Sunday, April 21, 2019

Shari Rowe at Arizona Horseman’s Challenge and Expo 20 April 2019

Before watching, listening, and photographing Shari Rowe at the Arizona Horseman’s Challenge and Expo on 20 April 2019, we had time to watch some of the horse and horse trainer competition.  I'm used to rodeo, but these competitions for trainers take some eight hours over a few days.  

Then Shari and her band went into the arena and I got a close up and personal view of them, watching to make sure I didn't step in horse #%$#.  

I photographed Shari a few years ago (2016) at Country Thunder Arizona.  

My entire photography portfolio is on SmugMug.  And, here's my Instagram feed.

Until My Next Adventure,

See You On Down the Road!

... And here's a slideshow from my time with Shari Rowe.

.. And a few photos from the horse competition.

Friday, April 19, 2019

At the Roadrunner 13 April 2019

I've lived in north Phoenix for over 18 years.  I thought I knew interesting and great places to visit and photograph in my area.  And then I found the Roadrunner Saloon in New River, about 14 miles straight north of me, off the I-17.

What fun!

It's a large bar with a band stage and bull riding arena.  So I contacted them to make sure my camera would be welcome, too.  You never know nowadays.  

First off, the burgers are massive and good.  Next time, I think I will try it with their cole slaw.  There were just too my fries!  

Anyway, I walked over to the arena and they had the little people mutton busting (children riding sheep), then the novices or first timers rode very very tame bulls.  

Then Hollywood Yates and the Hitmen played.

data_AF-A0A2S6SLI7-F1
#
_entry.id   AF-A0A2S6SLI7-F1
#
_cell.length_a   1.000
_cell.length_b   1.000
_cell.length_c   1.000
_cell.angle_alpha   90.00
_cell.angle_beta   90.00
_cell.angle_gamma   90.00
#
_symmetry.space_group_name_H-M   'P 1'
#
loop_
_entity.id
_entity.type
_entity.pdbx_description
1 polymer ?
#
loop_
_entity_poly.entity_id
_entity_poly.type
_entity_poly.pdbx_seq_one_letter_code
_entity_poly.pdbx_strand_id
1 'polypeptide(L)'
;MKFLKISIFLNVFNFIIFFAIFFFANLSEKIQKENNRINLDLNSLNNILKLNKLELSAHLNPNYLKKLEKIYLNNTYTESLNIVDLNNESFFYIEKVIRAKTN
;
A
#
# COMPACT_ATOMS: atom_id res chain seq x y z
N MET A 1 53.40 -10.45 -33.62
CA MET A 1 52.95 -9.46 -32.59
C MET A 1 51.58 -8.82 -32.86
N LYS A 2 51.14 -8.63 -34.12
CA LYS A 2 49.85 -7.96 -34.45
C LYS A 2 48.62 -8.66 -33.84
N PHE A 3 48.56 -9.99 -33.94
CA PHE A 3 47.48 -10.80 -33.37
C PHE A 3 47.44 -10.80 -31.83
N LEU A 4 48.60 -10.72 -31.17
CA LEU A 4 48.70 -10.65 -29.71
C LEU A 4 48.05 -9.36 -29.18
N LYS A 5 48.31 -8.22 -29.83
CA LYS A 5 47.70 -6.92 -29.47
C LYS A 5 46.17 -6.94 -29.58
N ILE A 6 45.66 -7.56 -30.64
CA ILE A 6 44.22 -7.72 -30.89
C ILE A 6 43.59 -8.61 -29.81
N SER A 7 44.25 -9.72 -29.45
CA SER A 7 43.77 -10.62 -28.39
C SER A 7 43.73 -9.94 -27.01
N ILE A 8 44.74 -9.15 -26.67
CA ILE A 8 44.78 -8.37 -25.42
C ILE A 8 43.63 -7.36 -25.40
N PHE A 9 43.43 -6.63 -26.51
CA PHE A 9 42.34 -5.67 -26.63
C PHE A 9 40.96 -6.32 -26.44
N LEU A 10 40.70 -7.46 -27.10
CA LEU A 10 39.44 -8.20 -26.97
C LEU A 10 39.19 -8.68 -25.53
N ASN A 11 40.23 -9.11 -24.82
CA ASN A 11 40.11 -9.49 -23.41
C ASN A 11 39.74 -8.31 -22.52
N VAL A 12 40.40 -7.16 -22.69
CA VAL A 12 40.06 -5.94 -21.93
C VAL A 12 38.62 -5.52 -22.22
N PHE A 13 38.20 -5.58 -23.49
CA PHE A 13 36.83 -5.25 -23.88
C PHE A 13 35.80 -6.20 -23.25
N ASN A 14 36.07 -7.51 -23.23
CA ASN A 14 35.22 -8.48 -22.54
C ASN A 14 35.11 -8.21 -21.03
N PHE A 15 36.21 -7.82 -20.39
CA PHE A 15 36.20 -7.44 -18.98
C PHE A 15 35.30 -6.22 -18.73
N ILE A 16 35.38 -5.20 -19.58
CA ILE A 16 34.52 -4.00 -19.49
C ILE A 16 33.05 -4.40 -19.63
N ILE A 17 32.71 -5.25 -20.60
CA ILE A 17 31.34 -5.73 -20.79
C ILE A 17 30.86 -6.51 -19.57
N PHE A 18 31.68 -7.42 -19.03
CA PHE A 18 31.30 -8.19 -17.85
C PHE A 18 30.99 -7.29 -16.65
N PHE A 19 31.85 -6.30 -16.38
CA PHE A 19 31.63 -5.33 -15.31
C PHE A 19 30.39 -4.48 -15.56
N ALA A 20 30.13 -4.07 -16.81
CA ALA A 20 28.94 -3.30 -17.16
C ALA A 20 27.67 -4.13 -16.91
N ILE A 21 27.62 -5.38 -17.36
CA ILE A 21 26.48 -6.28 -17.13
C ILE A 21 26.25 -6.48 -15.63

That was followed by the serious bull riders.  I was a wee bit surprised because these were serious bulls and serious riders.  The competition was better than I thought.  Sadly, the arena was full and I didn't get a chance to photograph from my usual perch on the top row.  That will be for another visit.

Special shout-out to Josh, the Roadrunner videographer, for coming over and saying hi.  

I've also posted photos on Flickr and on my portfolio site on SmugMug.

Until My Next Adventure,

See You On Down the Road!

... And here's a slideshow from my visit to the Roadrunner!

Monday, March 25, 2019

Cave Creek Rodeo 24 March 2019

The Cave Creek Rodeo in Arizona has to be the best small PRCA sanctioned rodeo in North America.  I've photographed this rodeo for about ten or more straight years and it is an absolute joy.  The best group of folks around.  

Images were made with a Canon EOS R and Canon 70-200mm lens.  Post processing in Lightroom and Photolemur.

Usually bull riding comes last.  This time around for this finals event they started with bull riding, part one, and ended with bull riding part two.  Kind of an interesting way to do it.  There's a lot of tradition involved in rodeo and I have to think people like things the way it's always been done, but this worked out well.  

The bulls were especially nasty today as I don't remember more than one cowboy sticking around past eight seconds. Somebody did.  The all-around cowboy was JC Mortensen, winning $1,858 for bareback riding and bull riding. 

The featured event is always bull riding.  But before that the ladies of rodeo perform at barrel racing.  And what a show they put on!  

Here's a complete list of Cave Creek Rodeo winners.  And great professional stock was again supplied by the Cervi Brothers.  

And the Cave Creek Rodeo ends with the horse stock running around the arena.  

I've also posted the Sunday finals photos on Flickr and on my portfolio site on SmugMug.

See ya soon!!!

Until My Next Adventure,

See You On Down the Road!

... And here's a slideshow from the Cave Creek Rodeo!

Wednesday, February 20, 2019

Cozumel-Caymans-Jamaica on RC Liberty of the Seas

The Texas School of Professional Photography sponsored a Caribbean cruise February 2019 that visited Cozumel, the Cayman Islands, and Jamaica, courtesy of the Liberty of the Seas, a Royal Caribbean ship.  

The first port of call was Cozumel, where we had a private party aboard a pirate ship!  This was just flat out fun and silly.  The pirates aboard fed us food and grog and we all danced... many snorkeled in the calm sea.  For really no good reason, I stayed aboard ship thinking I'd have something to photograph.  All I got was tiny bouncing heads in the water.  Lesson learned.